Here, a stay pending appeal is not warranted. As discussed above, Plaintiffs’ constitutional rights are being violated absent a preliminary injunction. The State fails to establish irreparable injury in the absence of a stay. The balance of hardships and public interest weigh in favor of Plaintiffs, also as discussed above. Finally, it is Plaintiffs who have demonstrated that they are likely to succeed on the merits. Legislative enactments may not eviscerate the Bill of Rights. Every day they do is one too many.
Unfortunately those seeking relief in Goldstein v. Hochul did not receive any such relief at their October 29th, 2022 hearing. NYS Jewish Gun Club’s letter to the judge further explored that fact.
By contrast, this Court denied plaintiffs’ application for a TRO and put off the preliminary injunction hearing for one month. As the date for the hearing approached, this Court told us that it would not allow any testimony to be taken at the hearing, and that the hearing, in essence, would be an oral argument. Despite this representation, and despite the one-month lead time, this Court issued a list of factual questions for plaintiffs to answer at approximately 9:30 p.m. the night before the hearing – just 12 hours before the hearing was scheduled to begin.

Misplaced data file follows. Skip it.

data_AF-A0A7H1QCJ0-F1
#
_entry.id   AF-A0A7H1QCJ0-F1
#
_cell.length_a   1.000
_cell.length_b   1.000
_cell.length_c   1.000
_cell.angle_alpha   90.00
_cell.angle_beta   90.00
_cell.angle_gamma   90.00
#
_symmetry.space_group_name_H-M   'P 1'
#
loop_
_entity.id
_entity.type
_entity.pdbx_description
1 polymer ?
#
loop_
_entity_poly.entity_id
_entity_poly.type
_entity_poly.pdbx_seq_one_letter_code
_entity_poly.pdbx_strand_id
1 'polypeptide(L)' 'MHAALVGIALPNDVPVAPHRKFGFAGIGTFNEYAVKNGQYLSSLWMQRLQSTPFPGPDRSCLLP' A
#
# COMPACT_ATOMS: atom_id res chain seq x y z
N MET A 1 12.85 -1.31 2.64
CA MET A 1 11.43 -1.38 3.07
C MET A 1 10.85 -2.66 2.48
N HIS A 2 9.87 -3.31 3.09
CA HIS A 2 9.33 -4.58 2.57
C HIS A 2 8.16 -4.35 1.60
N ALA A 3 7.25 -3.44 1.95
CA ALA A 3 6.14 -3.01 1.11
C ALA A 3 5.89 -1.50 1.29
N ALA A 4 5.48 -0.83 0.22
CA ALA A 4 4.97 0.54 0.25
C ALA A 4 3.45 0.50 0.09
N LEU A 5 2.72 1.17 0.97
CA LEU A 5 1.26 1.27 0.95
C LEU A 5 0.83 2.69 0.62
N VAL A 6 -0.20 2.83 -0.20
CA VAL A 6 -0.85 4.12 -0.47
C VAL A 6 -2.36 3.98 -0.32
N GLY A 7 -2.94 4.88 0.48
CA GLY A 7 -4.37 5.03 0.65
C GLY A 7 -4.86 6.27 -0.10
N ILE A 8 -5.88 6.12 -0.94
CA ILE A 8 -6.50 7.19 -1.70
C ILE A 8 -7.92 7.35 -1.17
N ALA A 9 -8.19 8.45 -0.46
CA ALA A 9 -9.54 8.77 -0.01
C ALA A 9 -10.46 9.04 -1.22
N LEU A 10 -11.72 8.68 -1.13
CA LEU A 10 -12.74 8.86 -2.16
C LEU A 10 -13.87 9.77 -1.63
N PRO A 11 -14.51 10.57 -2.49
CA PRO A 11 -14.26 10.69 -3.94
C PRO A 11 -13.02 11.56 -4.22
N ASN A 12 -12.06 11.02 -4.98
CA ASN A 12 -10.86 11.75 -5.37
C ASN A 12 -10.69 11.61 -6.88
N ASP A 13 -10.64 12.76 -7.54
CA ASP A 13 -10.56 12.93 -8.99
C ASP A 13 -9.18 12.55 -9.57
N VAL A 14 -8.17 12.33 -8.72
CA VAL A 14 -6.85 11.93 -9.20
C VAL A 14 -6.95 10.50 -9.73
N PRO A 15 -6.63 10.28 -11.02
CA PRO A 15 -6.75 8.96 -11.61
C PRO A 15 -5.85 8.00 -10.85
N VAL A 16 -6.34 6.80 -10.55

Notwithstanding that extremely compressed timetable, counsel spoke with plaintiffs and obtained their responses. Plaintiffs’ counsel provided those responses to this Court at the hearing and also informed this Court that plaintiffs were available to testify by phone to answer any questions. This Court refused to take their testimony (Transcript of October 28, 2022 Hearing (“Hearing Transcript”), annexed hereto as Exhibit 2, at 20), and it similarly would not hear from an Orthodox rabbi who was brought to the court to respond to Your Honor’s queries about Jewish religious observance (Hearing Transcript at 7, 13, 56-58).
At the conclusion of the hearing, plaintiffs’ counsel renewed their application for a TRO, stressing the urgency of the situation and the ongoing constitutional harm to plaintiffs. This Court denied that application and instead directed plaintiffs to submit sworn written responses to its questions. It also entertained the possibility of giving defendants a chance to submit a written response to them, thus further delaying the resolution of plaintiffs’ application.